On Justin Timberlake: How Black Twitter Gets It Wrong

Anyone who was paying attention to Black Twitter during Justin Timberlake’s Superbowl LII halftime performance would be under the belief that the totality of black Americans were singularly against him because of his treatment of Janet Jackson in Superbowl XXXVIII. That couldn’t be farther from the truth.

It appears as though many who participate in the syndicate of black social media have chosen to hold a public trial for Timberlake alleging crimes of cultural appropriation since the statute of limitations has run out on charging him with the death of Jackson’s career.

The popes of Black Twitter issue their bull and the cardinals and lay members fell in line. There is very little room for public dissent lest the heretic be accused of running afoul of some gnostic rule of intersectionality only known to the popes themselves.

Black Twitter, a metonymy for the syndicate of black social and digital media production inclusive of social media networks, has succumbed to the same fate facing the rest of the country. Taking modern-day sensibilities and retroactively applying them events of the past. This tactic works with large scale events such as slavery and women’s rights because there were always abolitionists and women’s rights get traced back to antebellum days as well. However, this tactic falls flat when using social and digital media platforms to promote a biased narrative using a post-Ferguson and post-Trump sensibility around race and gender.

It is problematic to re-litigate Timberlake all over again using cultural norms that didn’t exist in 2004. While the underlying sentiments may have been true then, the cultural machine of social media didn’t exist and the power to so easily shape and mold narratives was just a figment of one’s imagination. Even after Jackson went on Oprah in 2006 and discussed how hurtful the incident was, the masses of black Americans weren’t all that worried about Jackson’s career when Timberlake released what many consider to be his classic album in 2013: “The 20/20 Experience.” The track “Suit and Tie” was released as a single with a major feature from Jay-Z and received critical acclaim and major air time on hip-hop and R&B stations nationwide.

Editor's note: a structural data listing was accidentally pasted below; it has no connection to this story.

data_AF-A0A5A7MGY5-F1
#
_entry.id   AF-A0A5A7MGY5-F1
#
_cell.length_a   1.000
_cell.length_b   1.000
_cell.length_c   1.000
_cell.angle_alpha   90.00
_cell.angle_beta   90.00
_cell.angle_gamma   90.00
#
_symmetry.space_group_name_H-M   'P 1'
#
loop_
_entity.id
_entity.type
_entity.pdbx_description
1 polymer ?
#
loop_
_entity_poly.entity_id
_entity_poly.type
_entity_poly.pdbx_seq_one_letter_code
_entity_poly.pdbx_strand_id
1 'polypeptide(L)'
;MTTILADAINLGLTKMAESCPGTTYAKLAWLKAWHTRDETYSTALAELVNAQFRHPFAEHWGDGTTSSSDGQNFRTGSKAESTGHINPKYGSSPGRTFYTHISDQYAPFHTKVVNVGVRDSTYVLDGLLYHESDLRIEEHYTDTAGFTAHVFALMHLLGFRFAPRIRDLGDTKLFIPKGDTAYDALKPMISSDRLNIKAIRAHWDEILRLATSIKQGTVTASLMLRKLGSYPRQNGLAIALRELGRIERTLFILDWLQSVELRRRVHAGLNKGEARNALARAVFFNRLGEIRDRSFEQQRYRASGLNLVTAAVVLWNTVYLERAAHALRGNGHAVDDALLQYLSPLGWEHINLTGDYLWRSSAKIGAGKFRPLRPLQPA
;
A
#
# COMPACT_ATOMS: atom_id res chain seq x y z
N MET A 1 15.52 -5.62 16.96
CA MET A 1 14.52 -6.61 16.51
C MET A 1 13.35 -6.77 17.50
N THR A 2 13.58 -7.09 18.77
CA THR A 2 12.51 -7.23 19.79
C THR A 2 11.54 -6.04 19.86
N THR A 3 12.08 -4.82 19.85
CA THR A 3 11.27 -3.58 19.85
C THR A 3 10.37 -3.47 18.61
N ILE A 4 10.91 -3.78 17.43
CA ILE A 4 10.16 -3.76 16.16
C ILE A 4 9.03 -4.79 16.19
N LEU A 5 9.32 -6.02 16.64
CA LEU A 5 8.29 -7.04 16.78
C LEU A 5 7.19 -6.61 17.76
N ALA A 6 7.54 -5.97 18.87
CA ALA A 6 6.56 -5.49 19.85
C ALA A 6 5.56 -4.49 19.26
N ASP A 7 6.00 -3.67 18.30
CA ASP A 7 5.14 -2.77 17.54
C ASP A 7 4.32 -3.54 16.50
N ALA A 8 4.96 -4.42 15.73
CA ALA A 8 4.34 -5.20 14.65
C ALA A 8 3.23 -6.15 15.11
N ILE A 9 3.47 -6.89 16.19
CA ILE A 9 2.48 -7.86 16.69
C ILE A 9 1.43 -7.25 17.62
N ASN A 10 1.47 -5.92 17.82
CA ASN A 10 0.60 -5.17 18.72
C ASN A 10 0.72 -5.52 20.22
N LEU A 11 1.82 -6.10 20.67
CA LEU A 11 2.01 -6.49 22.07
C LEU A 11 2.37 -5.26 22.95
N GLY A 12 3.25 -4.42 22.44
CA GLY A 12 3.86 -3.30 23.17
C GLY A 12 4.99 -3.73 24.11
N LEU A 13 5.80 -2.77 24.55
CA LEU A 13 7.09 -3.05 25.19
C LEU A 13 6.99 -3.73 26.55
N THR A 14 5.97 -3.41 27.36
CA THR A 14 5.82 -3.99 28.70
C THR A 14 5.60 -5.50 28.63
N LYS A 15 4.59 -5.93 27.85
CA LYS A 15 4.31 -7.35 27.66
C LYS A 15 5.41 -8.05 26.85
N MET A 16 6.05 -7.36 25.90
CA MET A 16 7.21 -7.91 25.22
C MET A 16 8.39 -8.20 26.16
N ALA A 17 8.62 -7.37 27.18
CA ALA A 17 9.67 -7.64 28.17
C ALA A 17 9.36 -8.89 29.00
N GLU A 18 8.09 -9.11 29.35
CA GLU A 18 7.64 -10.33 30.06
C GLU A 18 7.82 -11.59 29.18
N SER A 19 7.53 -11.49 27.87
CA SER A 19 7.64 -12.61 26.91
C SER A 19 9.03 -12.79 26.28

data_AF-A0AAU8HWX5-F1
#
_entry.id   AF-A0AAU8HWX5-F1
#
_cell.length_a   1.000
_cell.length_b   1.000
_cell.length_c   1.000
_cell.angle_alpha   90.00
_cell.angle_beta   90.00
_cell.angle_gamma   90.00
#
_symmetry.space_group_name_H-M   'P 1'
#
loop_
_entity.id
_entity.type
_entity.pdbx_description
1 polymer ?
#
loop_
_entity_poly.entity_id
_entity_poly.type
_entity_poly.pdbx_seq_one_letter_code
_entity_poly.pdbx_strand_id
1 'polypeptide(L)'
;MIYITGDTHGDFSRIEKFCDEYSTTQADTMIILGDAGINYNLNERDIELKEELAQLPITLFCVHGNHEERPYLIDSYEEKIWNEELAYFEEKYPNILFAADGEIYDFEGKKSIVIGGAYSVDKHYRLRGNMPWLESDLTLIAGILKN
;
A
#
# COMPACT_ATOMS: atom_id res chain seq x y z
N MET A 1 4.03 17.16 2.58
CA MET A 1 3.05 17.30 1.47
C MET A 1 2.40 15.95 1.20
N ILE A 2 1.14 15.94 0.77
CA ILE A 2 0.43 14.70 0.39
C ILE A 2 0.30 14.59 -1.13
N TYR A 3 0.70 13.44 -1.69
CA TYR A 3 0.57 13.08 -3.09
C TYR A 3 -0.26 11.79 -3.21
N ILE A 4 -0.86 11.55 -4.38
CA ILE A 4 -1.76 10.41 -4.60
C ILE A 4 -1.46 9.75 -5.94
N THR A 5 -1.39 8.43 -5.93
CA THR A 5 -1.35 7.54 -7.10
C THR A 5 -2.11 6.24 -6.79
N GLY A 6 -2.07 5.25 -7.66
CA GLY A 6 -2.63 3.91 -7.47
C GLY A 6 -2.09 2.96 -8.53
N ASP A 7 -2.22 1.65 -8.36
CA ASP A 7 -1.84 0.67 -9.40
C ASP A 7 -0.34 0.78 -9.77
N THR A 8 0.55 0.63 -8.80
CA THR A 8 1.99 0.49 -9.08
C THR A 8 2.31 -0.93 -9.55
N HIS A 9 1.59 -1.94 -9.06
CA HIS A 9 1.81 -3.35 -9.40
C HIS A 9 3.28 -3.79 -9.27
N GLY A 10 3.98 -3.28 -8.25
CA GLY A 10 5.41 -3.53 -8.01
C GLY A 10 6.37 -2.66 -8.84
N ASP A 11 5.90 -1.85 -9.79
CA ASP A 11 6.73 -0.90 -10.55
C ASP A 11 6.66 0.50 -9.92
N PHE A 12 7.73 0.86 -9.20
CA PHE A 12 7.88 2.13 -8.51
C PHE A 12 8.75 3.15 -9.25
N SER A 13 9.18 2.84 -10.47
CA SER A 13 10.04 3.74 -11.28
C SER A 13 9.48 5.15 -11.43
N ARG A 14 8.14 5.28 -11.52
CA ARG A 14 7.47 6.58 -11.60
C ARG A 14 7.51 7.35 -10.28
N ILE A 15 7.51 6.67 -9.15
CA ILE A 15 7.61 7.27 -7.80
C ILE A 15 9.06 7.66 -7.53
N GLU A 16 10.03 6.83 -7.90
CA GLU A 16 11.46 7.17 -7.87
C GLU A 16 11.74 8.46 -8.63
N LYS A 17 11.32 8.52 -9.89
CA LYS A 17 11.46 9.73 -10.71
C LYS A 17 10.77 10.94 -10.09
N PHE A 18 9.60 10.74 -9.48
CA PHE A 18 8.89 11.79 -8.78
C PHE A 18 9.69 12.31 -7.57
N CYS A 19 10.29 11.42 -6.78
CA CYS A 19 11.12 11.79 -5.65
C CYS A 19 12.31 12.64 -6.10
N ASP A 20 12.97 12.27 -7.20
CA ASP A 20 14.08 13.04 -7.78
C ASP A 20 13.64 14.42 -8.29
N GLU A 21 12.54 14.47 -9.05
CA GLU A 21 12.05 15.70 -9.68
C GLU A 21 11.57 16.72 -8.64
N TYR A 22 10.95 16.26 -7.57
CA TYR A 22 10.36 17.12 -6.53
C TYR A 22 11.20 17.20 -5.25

What’s most annoying is that so many during halftime so many watched Timberlake and tweeted their distaste for it as if standing in solidarity with Jackson. Many opined that the performance was lackluster and words likes “yawn” and “snoozefest” were found up and down my timeline. The cognitive dissonance of the moment was best summed up in a Facebook comment that said “It was a great performance, but it just didn’t do anything for me.”

If Black Twitter’s only recourse to taking down Timberlake is through contrived hashtags and a re-sharing think-pieces attacking his musicality then the syndicate of black digital production is trite and petty and lacks the intellectual force needed to combat serious issues of misogyny and racism that exist in our country. Given the prevalence of fake news cobbled together by alternative facts by right-wing media outlets, Black Twitter’s rewriting of history to fit a current narrative is just as egregious. It illuminates the intellectual rot that has beset our public discourse as a country. How can we have open and honest discussions if the rules of engagement are decided in a secret conclave?

This is the new Black American landscape for millennials and those who consider themselves part of the Tide pod generation born after 2000; a world where ideological tribalism plays itself out on a digital stage and discards it before week’s end as the news cycle fixates itself on a new “problem.” Black Twitter only seems to find its relevancy when its “dragging” someone at the expense of intellect and thoughtfulness. Absurdly, this was the case when it came to the fallout between Ta-Nehesi Coates and Cornel West. For some this is a new form of entertainment, for me it’s just sad.

Unfortunately, Black Twitter has found a way to make black culture beholden to the next trending hashtag rather than substantive arguments and critique. Until the adherents of Black Twitter find a way to unravel the Gordian knot of inconsistencies and its orientation of anti-intellectualism, the future of black digital culture is in peril.


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